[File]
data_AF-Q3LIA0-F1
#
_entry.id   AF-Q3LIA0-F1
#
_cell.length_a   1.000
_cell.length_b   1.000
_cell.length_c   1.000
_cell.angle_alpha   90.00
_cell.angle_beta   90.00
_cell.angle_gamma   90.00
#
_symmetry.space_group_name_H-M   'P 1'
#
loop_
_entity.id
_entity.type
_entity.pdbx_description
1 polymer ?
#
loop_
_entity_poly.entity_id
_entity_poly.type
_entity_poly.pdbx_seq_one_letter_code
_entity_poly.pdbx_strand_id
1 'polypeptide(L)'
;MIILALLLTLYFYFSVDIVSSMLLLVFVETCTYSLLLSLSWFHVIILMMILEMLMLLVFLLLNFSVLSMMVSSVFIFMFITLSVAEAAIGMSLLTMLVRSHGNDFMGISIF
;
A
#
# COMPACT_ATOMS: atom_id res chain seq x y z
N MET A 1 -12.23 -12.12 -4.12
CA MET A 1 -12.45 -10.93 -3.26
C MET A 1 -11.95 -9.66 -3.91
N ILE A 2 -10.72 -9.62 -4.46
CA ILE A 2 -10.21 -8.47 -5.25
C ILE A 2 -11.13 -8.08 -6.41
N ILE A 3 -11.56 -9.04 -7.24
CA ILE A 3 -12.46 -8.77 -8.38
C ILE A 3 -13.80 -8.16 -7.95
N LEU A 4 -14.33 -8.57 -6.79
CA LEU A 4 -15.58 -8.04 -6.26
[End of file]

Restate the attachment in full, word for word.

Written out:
data_AF-Q3LIA0-F1
#
_entry.id   AF-Q3LIA0-F1
#
_cell.length_a   1.000
_cell.length_b   1.000
_cell.length_c   1.000
_cell.angle_alpha   90.00
_cell.angle_beta   90.00
_cell.angle_gamma   90.00
#
_symmetry.space_group_name_H-M   'P 1'
#
loop_
_entity.id
_entity.type
_entity.pdbx_description
1 polymer ?
#
loop_
_entity_poly.entity_id
_entity_poly.type
_entity_poly.pdbx_seq_one_letter_code
_entity_poly.pdbx_strand_id
1 'polypeptide(L)'
;MIILALLLTLYFYFSVDIVSSMLLLVFVETCTYSLLLSLSWFHVIILMMILEMLMLLVFLLLNFSVLSMMVSSVFIFMFITLSVAEAAIGMSLLTMLVRSHGNDFMGISIF
;
A
#
# COMPACT_ATOMS: atom_id res chain seq x y z
N MET A 1 -12.23 -12.12 -4.12
CA MET A 1 -12.45 -10.93 -3.26
C MET A 1 -11.95 -9.66 -3.91
N ILE A 2 -10.72 -9.62 -4.46
CA ILE A 2 -10.21 -8.47 -5.25
C ILE A 2 -11.13 -8.08 -6.41
N ILE A 3 -11.56 -9.04 -7.24
CA ILE A 3 -12.46 -8.77 -8.38
C ILE A 3 -13.80 -8.16 -7.95
N LEU A 4 -14.33 -8.57 -6.79
CA LEU A 4 -15.58 -8.04 -6.26